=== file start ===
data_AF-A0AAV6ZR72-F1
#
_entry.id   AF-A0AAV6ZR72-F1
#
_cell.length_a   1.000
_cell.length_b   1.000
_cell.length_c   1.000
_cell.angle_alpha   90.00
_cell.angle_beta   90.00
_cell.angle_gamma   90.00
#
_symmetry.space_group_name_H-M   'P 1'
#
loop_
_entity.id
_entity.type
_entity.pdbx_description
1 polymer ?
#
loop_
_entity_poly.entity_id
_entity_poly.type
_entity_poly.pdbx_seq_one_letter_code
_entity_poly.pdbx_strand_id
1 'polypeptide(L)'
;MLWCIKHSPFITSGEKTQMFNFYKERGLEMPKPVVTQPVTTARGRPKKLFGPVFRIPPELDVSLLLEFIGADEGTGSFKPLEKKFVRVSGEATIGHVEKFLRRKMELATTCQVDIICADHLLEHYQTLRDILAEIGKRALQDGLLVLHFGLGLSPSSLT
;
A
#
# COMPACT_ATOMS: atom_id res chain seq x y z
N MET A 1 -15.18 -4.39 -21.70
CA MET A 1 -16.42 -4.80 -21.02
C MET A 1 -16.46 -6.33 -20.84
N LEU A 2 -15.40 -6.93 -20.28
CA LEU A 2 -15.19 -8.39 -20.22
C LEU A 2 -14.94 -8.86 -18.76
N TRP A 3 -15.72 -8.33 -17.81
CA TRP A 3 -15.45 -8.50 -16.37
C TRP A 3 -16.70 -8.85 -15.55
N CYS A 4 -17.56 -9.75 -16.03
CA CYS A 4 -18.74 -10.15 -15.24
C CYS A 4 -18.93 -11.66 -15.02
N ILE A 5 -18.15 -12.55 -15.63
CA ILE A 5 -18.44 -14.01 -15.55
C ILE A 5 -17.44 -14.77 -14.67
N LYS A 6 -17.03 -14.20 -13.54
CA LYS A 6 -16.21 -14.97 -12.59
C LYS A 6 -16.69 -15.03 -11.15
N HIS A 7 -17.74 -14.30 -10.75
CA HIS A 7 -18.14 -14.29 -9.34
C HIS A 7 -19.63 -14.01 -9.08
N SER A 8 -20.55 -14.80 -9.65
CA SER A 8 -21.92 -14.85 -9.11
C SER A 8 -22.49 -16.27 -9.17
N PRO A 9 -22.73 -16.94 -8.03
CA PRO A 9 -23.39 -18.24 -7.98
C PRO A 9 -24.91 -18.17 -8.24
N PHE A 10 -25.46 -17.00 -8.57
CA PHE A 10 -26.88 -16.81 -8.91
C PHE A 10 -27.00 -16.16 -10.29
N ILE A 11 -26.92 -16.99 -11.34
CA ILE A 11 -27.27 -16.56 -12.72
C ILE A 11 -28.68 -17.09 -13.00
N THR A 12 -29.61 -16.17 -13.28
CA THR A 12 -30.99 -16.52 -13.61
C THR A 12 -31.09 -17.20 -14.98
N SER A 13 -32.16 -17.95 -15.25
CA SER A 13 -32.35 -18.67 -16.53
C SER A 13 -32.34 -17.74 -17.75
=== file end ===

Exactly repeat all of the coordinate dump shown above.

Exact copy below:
data_AF-A0AAV6ZR72-F1
#
_entry.id   AF-A0AAV6ZR72-F1
#
_cell.length_a   1.000
_cell.length_b   1.000
_cell.length_c   1.000
_cell.angle_alpha   90.00
_cell.angle_beta   90.00
_cell.angle_gamma   90.00
#
_symmetry.space_group_name_H-M   'P 1'
#
loop_
_entity.id
_entity.type
_entity.pdbx_description
1 polymer ?
#
loop_
_entity_poly.entity_id
_entity_poly.type
_entity_poly.pdbx_seq_one_letter_code
_entity_poly.pdbx_strand_id
1 'polypeptide(L)'
;MLWCIKHSPFITSGEKTQMFNFYKERGLEMPKPVVTQPVTTARGRPKKLFGPVFRIPPELDVSLLLEFIGADEGTGSFKPLEKKFVRVSGEATIGHVEKFLRRKMELATTCQVDIICADHLLEHYQTLRDILAEIGKRALQDGLLVLHFGLGLSPSSLT
;
A
#
# COMPACT_ATOMS: atom_id res chain seq x y z
N MET A 1 -15.18 -4.39 -21.70
CA MET A 1 -16.42 -4.80 -21.02
C MET A 1 -16.46 -6.33 -20.84
N LEU A 2 -15.40 -6.93 -20.28
CA LEU A 2 -15.19 -8.39 -20.22
C LEU A 2 -14.94 -8.86 -18.76
N TRP A 3 -15.72 -8.33 -17.81
CA TRP A 3 -15.45 -8.50 -16.37
C TRP A 3 -16.70 -8.85 -15.55
N CYS A 4 -17.56 -9.75 -16.03
CA CYS A 4 -18.74 -10.15 -15.24
C CYS A 4 -18.93 -11.66 -15.02
N ILE A 5 -18.15 -12.55 -15.63
CA ILE A 5 -18.44 -14.01 -15.55
C ILE A 5 -17.44 -14.77 -14.67
N LYS A 6 -17.03 -14.20 -13.54
CA LYS A 6 -16.21 -14.97 -12.59
C LYS A 6 -16.69 -15.03 -11.15
N HIS A 7 -17.74 -14.30 -10.75
CA HIS A 7 -18.14 -14.29 -9.34
C HIS A 7 -19.63 -14.01 -9.08
N SER A 8 -20.55 -14.80 -9.65
CA SER A 8 -21.92 -14.85 -9.11
C SER A 8 -22.49 -16.27 -9.17
N PRO A 9 -22.73 -16.94 -8.03
CA PRO A 9 -23.39 -18.24 -7.98
C PRO A 9 -24.91 -18.17 -8.24
N PHE A 10 -25.46 -17.00 -8.57
CA PHE A 10 -26.88 -16.81 -8.91
C PHE A 10 -27.00 -16.16 -10.29
N ILE A 11 -26.92 -16.99 -11.34
CA ILE A 11 -27.27 -16.56 -12.72
C ILE A 11 -28.68 -17.09 -13.00
N THR A 12 -29.61 -16.17 -13.28
CA THR A 12 -30.99 -16.52 -13.61
C THR A 12 -31.09 -17.20 -14.98
N SER A 13 -32.16 -17.95 -15.25
CA SER A 13 -32.35 -18.67 -16.53
C SER A 13 -32.34 -17.74 -17.75